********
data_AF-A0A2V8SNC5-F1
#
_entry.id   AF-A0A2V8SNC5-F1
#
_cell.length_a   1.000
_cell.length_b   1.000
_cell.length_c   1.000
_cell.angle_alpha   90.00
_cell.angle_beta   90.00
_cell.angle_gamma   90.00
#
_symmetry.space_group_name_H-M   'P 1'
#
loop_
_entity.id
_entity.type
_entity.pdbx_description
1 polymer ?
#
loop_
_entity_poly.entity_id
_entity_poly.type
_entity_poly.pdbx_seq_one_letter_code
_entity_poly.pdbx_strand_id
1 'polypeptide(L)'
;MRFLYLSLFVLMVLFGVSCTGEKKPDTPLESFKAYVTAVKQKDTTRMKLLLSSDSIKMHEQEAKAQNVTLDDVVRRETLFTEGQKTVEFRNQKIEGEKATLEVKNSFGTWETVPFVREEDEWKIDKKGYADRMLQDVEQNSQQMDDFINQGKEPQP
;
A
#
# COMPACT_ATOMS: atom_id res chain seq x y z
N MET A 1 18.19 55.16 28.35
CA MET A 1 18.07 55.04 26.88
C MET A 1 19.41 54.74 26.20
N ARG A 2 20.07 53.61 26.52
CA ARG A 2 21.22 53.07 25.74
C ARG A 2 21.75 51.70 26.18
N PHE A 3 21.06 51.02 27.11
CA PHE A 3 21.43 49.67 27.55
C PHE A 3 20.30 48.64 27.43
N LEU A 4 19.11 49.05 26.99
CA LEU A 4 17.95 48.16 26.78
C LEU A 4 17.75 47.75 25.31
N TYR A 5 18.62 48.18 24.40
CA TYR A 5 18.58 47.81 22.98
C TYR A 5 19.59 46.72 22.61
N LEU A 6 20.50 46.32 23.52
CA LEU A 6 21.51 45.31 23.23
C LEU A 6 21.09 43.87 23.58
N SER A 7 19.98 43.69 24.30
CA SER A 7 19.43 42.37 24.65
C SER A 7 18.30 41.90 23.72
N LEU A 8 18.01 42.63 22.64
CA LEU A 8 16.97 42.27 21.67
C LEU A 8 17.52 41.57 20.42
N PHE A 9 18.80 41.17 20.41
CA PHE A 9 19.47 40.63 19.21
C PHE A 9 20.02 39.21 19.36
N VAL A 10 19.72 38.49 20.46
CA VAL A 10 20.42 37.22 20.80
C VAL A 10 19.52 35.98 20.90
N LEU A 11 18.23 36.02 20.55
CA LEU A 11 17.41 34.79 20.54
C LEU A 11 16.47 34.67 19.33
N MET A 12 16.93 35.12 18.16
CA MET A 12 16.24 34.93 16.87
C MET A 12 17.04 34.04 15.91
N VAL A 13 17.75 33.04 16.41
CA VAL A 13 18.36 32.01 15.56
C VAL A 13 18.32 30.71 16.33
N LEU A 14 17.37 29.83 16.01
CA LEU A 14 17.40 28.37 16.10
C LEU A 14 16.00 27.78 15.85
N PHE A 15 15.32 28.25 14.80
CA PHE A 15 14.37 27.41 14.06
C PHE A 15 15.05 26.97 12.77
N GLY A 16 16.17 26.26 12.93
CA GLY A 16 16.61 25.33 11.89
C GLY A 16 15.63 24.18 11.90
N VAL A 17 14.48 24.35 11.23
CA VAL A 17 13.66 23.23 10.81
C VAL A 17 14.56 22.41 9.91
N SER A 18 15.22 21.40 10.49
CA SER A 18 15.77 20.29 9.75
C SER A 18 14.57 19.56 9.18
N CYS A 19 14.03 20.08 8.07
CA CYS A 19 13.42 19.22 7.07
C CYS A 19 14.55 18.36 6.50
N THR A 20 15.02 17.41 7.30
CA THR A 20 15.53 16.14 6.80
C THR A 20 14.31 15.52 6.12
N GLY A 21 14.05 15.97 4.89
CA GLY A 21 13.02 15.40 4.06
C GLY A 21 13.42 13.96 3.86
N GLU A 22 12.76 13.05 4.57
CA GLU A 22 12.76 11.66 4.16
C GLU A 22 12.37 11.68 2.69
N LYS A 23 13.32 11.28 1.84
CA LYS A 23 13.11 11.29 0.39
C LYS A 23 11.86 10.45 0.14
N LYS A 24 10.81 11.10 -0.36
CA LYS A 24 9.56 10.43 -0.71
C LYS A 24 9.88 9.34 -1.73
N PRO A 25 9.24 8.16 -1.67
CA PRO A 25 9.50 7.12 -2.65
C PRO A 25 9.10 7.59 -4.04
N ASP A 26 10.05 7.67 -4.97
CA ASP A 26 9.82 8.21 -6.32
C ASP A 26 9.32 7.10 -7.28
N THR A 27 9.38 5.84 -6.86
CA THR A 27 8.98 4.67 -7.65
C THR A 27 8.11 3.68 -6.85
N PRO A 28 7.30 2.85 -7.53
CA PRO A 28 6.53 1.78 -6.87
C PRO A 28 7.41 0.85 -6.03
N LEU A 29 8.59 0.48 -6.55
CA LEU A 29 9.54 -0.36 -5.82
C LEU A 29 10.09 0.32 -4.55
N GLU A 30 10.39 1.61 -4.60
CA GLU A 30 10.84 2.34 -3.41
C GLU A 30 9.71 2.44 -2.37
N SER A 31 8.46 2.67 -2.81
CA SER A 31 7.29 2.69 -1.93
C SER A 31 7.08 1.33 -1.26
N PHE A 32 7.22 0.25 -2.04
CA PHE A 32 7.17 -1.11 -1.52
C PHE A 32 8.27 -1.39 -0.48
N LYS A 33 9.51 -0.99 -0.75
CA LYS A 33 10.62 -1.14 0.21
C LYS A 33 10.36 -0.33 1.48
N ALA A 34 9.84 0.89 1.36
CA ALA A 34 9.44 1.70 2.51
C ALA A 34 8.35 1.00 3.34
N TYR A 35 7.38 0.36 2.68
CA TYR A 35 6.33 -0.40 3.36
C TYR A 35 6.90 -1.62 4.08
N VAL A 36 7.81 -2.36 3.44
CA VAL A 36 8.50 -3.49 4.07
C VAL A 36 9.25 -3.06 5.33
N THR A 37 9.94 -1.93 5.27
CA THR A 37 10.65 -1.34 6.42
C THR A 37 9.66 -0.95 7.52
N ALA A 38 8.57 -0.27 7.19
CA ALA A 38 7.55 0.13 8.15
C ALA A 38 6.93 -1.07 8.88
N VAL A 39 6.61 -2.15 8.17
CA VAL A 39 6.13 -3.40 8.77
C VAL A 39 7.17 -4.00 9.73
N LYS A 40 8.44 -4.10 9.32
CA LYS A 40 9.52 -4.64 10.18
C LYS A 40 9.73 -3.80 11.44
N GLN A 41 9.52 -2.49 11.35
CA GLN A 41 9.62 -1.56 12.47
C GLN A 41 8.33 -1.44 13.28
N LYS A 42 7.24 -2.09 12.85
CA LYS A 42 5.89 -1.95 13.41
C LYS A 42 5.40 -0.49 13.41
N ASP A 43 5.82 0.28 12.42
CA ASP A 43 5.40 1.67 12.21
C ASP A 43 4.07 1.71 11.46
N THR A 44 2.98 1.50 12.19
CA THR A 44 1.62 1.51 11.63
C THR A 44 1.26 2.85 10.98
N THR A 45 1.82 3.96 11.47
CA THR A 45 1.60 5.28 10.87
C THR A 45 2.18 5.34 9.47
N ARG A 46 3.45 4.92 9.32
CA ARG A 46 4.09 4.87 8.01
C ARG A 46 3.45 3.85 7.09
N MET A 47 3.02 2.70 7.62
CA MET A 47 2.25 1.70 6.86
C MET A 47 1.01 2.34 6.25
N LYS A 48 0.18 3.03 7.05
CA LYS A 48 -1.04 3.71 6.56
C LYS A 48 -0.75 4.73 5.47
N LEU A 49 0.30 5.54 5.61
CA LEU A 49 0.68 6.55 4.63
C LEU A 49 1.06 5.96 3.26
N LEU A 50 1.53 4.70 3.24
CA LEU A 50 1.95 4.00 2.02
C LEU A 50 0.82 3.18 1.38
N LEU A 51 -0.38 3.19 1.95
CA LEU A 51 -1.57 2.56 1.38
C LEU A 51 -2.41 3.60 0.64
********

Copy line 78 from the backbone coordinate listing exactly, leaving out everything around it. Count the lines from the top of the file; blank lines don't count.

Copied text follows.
C GLY A 16 15.63 24.18 11.90